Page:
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Mortgage Amortization: Breaking Down Your Mortgage Payments And Understanding Your Amortization Schedule

4-Minute Read
Published on January 27, 2021
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In simple terms, amortization is the schedule of payments over the course of your mortgage. The history of the word “amortize” stems from Old French, literally meaning “to kill.” When your mortgage fully amortizes, it’s paid off for good.

While it may sound intimidating, it’s worth understanding what amortization means for your mortgage and monthly payments. Knowing what your amortization schedule looks like can help you decide if it would be more cost-efficient for you to be making additional payments on your mortgage.

What Is Amortization?

Mortgage amortization refers to a loan’s schedule of repayment. It’s how much you’re paying each month and the factors that make up that payment.

As your loan amortizes, you’ll pay more and more to principal. This is a huge part of building home equity. Your home equity is the difference between what you owe on your mortgage and how much your home is worth.

Without factoring in an escrow account, a basic mortgage payment consists of two components: principal and interest. Let’s take a closer look at both of these.

Principal

This is the loan balance. It’s the amount of money you initially borrowed that you are paying back. As more of your principal is paid off, you’ll pay less in interest. It takes a while before your mortgage payments start to really make a dent in paying off your principal; when you first start making payments, most of your monthly payment will be put toward paying interest.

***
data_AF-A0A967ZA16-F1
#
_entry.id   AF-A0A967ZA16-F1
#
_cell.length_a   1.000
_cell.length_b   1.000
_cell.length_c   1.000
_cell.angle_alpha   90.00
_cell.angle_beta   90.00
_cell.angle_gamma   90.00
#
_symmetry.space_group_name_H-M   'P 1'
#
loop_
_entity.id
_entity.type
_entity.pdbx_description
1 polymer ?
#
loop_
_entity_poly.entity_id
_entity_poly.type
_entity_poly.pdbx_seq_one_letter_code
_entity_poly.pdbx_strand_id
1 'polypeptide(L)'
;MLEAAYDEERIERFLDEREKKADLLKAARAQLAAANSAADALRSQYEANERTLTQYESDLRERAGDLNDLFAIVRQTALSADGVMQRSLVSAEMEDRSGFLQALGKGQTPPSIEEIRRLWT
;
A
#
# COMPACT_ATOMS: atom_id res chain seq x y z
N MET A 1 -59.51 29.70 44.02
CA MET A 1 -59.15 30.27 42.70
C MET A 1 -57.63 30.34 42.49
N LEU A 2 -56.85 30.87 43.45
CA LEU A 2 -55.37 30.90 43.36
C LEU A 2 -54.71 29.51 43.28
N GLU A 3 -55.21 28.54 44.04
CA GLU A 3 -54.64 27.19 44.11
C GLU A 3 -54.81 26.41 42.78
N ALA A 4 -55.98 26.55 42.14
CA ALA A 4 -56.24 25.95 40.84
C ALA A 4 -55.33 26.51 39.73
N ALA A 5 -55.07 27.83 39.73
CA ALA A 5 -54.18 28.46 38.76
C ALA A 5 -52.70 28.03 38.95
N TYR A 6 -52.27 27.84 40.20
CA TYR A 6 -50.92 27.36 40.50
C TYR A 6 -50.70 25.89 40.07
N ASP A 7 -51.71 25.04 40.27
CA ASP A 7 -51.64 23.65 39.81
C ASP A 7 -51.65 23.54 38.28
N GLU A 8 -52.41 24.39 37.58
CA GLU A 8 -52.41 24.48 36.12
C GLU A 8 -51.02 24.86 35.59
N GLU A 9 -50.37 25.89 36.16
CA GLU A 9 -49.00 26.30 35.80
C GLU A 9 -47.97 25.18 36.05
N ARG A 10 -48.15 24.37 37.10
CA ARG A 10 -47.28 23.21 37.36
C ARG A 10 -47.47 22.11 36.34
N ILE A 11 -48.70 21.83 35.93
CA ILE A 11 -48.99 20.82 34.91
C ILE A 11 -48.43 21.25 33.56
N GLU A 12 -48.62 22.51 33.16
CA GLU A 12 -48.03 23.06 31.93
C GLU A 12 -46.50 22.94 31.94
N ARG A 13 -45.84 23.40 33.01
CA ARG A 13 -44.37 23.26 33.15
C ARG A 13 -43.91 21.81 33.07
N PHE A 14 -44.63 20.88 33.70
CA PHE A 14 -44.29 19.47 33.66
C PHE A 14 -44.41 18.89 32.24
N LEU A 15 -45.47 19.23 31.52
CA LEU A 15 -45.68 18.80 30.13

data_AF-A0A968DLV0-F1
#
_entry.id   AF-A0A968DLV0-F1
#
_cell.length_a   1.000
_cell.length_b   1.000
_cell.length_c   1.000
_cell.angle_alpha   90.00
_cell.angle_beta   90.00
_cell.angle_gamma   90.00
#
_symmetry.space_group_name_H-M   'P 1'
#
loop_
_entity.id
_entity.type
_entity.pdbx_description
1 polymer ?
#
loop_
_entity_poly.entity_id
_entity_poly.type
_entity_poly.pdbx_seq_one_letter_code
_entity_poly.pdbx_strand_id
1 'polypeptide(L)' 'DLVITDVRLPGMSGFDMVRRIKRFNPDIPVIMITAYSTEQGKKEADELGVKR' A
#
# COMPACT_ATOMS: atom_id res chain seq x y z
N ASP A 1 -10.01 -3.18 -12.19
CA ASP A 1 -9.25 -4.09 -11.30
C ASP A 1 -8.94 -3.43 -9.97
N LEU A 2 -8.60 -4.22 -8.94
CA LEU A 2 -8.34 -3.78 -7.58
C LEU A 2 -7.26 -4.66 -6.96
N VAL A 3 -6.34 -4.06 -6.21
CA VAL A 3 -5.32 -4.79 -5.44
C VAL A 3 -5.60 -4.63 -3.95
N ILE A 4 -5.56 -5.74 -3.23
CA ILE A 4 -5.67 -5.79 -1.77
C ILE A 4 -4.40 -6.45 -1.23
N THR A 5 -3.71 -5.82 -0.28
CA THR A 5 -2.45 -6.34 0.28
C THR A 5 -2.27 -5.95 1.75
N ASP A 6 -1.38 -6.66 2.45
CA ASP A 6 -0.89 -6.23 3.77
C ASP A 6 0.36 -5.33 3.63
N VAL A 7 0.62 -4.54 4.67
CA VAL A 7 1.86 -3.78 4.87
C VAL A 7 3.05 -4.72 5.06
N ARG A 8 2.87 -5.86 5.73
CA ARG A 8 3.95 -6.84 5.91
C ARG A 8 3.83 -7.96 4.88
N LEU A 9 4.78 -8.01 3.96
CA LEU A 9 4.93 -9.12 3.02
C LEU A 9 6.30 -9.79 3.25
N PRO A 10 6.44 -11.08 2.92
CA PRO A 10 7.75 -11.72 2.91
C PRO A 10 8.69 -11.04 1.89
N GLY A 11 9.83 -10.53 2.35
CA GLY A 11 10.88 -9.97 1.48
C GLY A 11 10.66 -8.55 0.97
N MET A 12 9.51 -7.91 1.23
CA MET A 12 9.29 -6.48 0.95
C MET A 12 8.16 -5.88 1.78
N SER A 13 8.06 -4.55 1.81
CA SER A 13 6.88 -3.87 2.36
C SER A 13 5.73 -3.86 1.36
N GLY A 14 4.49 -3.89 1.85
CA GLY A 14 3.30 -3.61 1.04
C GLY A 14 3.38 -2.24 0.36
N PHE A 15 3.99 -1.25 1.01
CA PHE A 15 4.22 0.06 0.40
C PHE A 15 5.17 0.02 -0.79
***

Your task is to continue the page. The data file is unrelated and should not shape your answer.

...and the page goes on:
Interest

This is how lenders make their money. All loans come with an interest rate, which is taken as a percentage of the principal. A mortgage calculator can tell you how much interest you’ll pay over the life of a loan.

For example, if you take out a 30-year loan for $200,000 with a 3.0% interest rate (3.059% APR), assuming you don’t make any extra payments, you’ll end up paying a total of $103,554.90 in interest (in addition to paying back the original $200,000).

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How Do My Loan Payments Change Over Time?: Understanding Your Amortization Schedule

With a traditional mortgage, your payment will remain the same total amount every month. The makeup of that payment will change throughout the repayment of the loan. When you first start paying off the loan, most of your payment will go toward paying interest.

However, as you slowly start to pay off your principal, the amount of interest you’ll need to pay will decrease, so a larger share of your payment will be applied toward principal. This increases the speed with which you build equity.

Put simply: The more principal you owe, the more you’ll owe in interest. If you’re paying off a loan with a set monthly payment and a fixed interest rate, the amount of money you pay in interest will lower each month as your principal is lowered.

Mortgage Amortization Formula

A mortgage amortization formula is the mathematical process of figuring out your monthly mortgage payment. This formula takes three variables – the principal you owe, the length of your loan in months and your interest rate – and calculates how much you will pay per month.

We’ll use our example of a 30-year fixed-rate mortgage of $200,000 at an annual interest rate of 3%.